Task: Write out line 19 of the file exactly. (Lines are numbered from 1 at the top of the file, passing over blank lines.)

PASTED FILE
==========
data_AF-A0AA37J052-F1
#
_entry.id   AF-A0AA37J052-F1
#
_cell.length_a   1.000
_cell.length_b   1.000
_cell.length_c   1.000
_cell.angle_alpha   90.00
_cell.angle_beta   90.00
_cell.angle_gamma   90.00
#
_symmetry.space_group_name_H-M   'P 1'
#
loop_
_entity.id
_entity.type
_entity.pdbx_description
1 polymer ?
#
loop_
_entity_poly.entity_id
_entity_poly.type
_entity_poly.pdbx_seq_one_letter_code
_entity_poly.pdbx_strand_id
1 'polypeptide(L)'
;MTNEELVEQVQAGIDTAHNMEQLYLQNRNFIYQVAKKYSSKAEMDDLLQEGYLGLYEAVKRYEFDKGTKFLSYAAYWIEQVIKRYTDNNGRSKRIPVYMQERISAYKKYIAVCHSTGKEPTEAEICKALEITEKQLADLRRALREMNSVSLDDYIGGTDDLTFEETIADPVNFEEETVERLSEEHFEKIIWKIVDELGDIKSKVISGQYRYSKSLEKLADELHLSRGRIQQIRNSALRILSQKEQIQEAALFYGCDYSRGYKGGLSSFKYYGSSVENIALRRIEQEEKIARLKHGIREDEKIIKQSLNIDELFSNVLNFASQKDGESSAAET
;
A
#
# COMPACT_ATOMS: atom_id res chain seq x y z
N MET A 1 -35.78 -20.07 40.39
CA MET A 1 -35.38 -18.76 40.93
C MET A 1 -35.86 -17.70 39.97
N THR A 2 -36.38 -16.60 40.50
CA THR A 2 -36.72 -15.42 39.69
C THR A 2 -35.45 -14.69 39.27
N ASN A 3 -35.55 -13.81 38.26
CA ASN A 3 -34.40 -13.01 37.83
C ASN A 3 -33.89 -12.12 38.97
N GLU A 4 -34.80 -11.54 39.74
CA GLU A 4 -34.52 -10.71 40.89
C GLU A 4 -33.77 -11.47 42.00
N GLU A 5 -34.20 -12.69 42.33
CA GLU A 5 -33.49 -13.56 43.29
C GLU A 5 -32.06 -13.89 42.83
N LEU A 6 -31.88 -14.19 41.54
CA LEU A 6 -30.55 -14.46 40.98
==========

#